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I was looking at the question whether $$ \int_{\mathbb{R}^N} \left|f(x+h)-f(x)\right|^p dx \leq \left( |h| \cdot \left\Vert f\right\Vert_{W^{1,p}(\Omega)} \right)^p $$ holds for a function $f\in W^{1,p}(\Omega)$ for $1\leq p < \infty$. In Evans' book on PDE, chapter 5 on Sobolev spaces, difference quotients are defined in section 5.8.2. Then follows theorem 3:

$(i)$ Suppose $1\leq p < \infty$ and $u\in W^{1,p}(U)$. Then for each $V\subset \subset U$ $$\left\Vert D^hu\right\Vert_{L^{p}(V)} \leq C \left\Vert Du\right\Vert_{L^{p}(U)} $$ for some constant $C$ and $0<|h| < \frac{1}{2} \text{dist}(V,\partial U)$.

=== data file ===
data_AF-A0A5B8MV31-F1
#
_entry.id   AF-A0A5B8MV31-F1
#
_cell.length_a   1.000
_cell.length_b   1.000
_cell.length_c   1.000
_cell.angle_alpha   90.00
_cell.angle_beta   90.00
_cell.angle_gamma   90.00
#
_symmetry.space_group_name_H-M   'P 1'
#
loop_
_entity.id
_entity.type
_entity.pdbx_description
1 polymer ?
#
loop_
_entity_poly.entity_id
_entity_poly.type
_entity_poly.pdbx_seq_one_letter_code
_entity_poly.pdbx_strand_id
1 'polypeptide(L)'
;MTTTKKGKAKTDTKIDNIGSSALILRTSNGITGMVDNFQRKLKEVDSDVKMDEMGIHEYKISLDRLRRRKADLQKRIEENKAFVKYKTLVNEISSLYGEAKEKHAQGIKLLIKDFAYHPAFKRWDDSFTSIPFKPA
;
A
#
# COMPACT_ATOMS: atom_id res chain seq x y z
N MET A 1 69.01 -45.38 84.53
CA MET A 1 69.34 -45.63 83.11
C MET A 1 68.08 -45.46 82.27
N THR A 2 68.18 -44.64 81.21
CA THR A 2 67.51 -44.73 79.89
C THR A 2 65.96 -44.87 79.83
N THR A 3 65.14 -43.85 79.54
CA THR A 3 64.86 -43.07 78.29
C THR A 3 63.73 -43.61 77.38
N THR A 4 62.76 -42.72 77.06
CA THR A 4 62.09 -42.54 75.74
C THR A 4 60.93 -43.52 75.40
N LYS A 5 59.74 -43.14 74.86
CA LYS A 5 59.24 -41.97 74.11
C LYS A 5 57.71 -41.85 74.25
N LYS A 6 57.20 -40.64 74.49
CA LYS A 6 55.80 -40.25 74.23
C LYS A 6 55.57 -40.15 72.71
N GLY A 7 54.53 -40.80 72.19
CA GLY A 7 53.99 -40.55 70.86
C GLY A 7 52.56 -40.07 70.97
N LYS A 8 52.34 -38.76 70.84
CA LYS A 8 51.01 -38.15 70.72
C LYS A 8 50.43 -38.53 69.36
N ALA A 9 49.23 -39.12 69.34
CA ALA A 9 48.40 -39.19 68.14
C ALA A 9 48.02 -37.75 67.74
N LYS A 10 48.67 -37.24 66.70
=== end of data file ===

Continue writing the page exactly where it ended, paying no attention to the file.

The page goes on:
I am pretty sure that there is no neead to assume the bound on $h$ and $V\subset\subset U$.

My question for this post is: Can I use the above theorem to prove my initial statement?

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If $f\in W^{1,p}(\Omega)$, then you cannot write $\int_{\mathbb{R}^N} \left|f(x+h)-f(x)\right|^p dx$ since $f$ is not defined outside $\Omega$. Instead of $\mathbb{R}^N$ you can use the set $$\Omega_h=\{x\in\Omega:\, x+th\in\Omega\text{ for all }t\in [0,1]\}.$$ You need the segment to be contained in $\Omega$ because the proof relies on the fundamental theorem of calculus along that segment. This is why Evans was restricting to the sets $U$ and $V$, to make sure $x+h$ stays inside $\Omega$.

PS: Extending $f$ to be zero outside $\Omega$ will not do because you will lose the property that $f$ is a Sobolev function and won't be able to use the FTC.

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